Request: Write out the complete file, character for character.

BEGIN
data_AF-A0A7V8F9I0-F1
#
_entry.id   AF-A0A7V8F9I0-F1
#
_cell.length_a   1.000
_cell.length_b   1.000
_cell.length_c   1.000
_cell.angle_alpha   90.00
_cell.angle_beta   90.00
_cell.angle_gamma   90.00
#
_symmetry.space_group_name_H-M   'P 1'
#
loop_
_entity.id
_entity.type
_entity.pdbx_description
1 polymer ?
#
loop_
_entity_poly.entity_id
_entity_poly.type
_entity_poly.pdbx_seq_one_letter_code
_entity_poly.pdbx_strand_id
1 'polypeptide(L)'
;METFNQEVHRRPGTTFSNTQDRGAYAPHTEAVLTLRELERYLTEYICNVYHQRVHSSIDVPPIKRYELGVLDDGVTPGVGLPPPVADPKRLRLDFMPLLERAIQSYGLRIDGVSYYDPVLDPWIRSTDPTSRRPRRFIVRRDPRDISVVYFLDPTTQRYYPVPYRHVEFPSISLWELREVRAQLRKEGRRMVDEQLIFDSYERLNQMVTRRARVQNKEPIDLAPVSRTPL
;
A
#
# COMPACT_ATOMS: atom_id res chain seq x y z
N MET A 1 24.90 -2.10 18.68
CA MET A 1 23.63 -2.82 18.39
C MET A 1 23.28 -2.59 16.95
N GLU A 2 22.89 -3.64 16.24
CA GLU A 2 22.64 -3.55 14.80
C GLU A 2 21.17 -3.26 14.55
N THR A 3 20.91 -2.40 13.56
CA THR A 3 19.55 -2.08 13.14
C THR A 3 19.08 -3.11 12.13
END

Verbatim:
data_AF-A0A7V8F9I0-F1
#
_entry.id   AF-A0A7V8F9I0-F1
#
_cell.length_a   1.000
_cell.length_b   1.000
_cell.length_c   1.000
_cell.angle_alpha   90.00
_cell.angle_beta   90.00
_cell.angle_gamma   90.00
#
_symmetry.space_group_name_H-M   'P 1'
#
loop_
_entity.id
_entity.type
_entity.pdbx_description
1 polymer ?
#
loop_
_entity_poly.entity_id
_entity_poly.type
_entity_poly.pdbx_seq_one_letter_code
_entity_poly.pdbx_strand_id
1 'polypeptide(L)'
;METFNQEVHRRPGTTFSNTQDRGAYAPHTEAVLTLRELERYLTEYICNVYHQRVHSSIDVPPIKRYELGVLDDGVTPGVGLPPPVADPKRLRLDFMPLLERAIQSYGLRIDGVSYYDPVLDPWIRSTDPTSRRPRRFIVRRDPRDISVVYFLDPTTQRYYPVPYRHVEFPSISLWELREVRAQLRKEGRRMVDEQLIFDSYERLNQMVTRRARVQNKEPIDLAPVSRTPL
;
A
#
# COMPACT_ATOMS: atom_id res chain seq x y z
N MET A 1 24.90 -2.10 18.68
CA MET A 1 23.63 -2.82 18.39
C MET A 1 23.28 -2.59 16.95
N GLU A 2 22.89 -3.64 16.24
CA GLU A 2 22.64 -3.55 14.80
C GLU A 2 21.17 -3.26 14.55
N THR A 3 20.91 -2.40 13.56
CA THR A 3 19.55 -2.08 13.14
C THR A 3 19.08 -3.11 12.13